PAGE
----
I know, very sad. My dream is to stand where Neil Armstrong stood to take his famous shot of Buzz Aldrin back in July '69.
I'm working on that but I may have left it a bit late.
After I'd taken that photo, I turned around and this was the view behind me.
I know it's a bit dark and I could lighten it but then I think I'd lose the 'window' effect I wanted to capture.
I waited until the narrow boat had cleared the shadow and was rounding the bend and I just liked the way the overhanging trees framed the scene.
Au naturelle, as the Germans would say. I'd say eau naturelle but I'm just a witty bastard.
After we'd negotiated the last of the 3 Greenberfield Locks - which was officially lock No.44 (and our 15th), we decided we'd gone as far as we could go , time wise, and we had to turn around and start the trip back.
It was a difficult decision to make as you can't be precise about how long it will take you to go any distance on a canal given that the locks might be going 'for' or 'against' you.
But if nothing else, we'd picked a lovely spot to end at and we moored up for an hour to rest and get ready to face those 3 locks right away on the return leg.
We walked around and stretched our legs and finally got some excellent ice cream to enjoy beside the narrow boat. Not counting our overnight stop, we'd been on the water for a total of 12 and a half hours and had travelled a staggering 13.47 miles. Wow !! You don't need a speed camera on a canal, just a sketch artist.
We were just on the outskirts of the village of Barnoldswick and at this point the canal widened enough for us to turn the boat around quite easily - although I'd have had no idea how to do it. Stephen was The Master and guided the front of the boat right up to the concrete bank and while I held it in position, he used minute pulses of the engine to swing the rear around like the Space Shuttle docking with the ISS. Somewhat like.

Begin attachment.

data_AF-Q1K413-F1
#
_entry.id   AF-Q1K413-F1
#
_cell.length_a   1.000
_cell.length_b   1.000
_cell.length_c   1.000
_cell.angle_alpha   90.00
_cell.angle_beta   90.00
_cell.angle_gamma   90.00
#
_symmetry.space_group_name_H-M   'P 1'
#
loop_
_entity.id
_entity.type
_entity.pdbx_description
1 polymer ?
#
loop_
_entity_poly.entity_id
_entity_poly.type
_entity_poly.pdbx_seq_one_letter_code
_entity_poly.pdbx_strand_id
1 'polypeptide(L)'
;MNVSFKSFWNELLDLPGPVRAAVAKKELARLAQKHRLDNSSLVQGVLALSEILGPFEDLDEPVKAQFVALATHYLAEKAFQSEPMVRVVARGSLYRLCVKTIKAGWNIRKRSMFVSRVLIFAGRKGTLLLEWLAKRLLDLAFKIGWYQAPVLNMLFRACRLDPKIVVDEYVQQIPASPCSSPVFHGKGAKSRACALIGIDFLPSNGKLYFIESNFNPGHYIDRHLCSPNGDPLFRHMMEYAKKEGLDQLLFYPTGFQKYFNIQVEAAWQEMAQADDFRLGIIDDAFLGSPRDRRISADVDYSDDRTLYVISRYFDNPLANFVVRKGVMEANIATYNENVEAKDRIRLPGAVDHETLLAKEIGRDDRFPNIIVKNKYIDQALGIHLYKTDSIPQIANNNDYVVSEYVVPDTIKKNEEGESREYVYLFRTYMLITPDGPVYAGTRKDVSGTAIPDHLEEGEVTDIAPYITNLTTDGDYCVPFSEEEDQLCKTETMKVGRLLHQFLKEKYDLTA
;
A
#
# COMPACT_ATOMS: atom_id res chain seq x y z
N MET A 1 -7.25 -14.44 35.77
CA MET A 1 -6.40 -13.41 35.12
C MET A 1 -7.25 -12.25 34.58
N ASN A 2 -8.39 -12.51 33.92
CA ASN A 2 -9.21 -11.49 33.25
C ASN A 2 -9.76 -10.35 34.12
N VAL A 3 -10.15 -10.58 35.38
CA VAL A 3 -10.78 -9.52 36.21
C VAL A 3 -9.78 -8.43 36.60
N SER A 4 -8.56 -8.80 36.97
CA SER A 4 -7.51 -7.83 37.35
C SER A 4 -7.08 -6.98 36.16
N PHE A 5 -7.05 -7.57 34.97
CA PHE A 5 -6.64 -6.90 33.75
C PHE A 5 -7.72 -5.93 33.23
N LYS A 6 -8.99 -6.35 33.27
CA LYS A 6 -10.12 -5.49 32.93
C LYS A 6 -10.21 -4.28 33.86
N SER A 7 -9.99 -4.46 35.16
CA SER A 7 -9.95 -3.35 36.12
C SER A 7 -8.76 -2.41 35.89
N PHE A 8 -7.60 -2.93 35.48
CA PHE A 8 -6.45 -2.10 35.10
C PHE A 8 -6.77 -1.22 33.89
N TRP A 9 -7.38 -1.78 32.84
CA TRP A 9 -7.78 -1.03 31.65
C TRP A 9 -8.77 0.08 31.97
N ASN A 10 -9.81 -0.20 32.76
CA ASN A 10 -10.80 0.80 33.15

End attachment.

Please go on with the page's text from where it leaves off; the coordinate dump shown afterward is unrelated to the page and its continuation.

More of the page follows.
Once the back end started to face the other way, I pushed the front away from the bank and the turn around process was completed.
It was 5pm on Day 2 and we were on the long return back to base.
After we'd cleared the 3 Greenberfield Locks again and were on the open water, I took this photo to show what it was like when there were no locks, bridges, trees or tunnels to hinder our views of the Dales countryside.
I suppose it would've been nice not to have had the 2 phone poles but what the heck.
When I saw this image on the little display screen on the back of the camera, I got the idea again to use the camera lowering technique I'd used a long time ago in Roundhay Park in Leeds.
I'd not tried it with this camera and being a digital SLR with a heavy lens meant it always drooped down when held by the strap and so I had to create a sort of strap cradle to go below the lens before lowering the camera as close to the water as I dared. Thankfully on a canal the water normally flat - although you'd not think so from the above photo. Even a gentle wind would produce ripples and I didn't want to risk getting water on the lens.
After a few attempts I realised it would just be a hit and miss situation and if I got one decent shot, I'd be lucky. Then we rounded a curve and I saw a swan coming our way. I set the timer and lowered the camera to almost water level and prayed that as it glided towards the boat, it would pass on my side.
It did and this is the one off shot I got.
It's not as sharp as I'd have liked but the gap between us was decreasing by the second and with the camera set to timer mode, there was nothing I could do to alter the focus once I'd lowered it to water level.
Apart from it looking like one of the Windows XP backgrounds, I like it.
Soon after this the weather took a turn for the worse, the rain came and we had to stop. As it was about 7pm, and the rain showed no signs of stopping, we made it our overnight mooring and so endeth Day 2.
Just as it did for us, Day 3 will follow shortly.............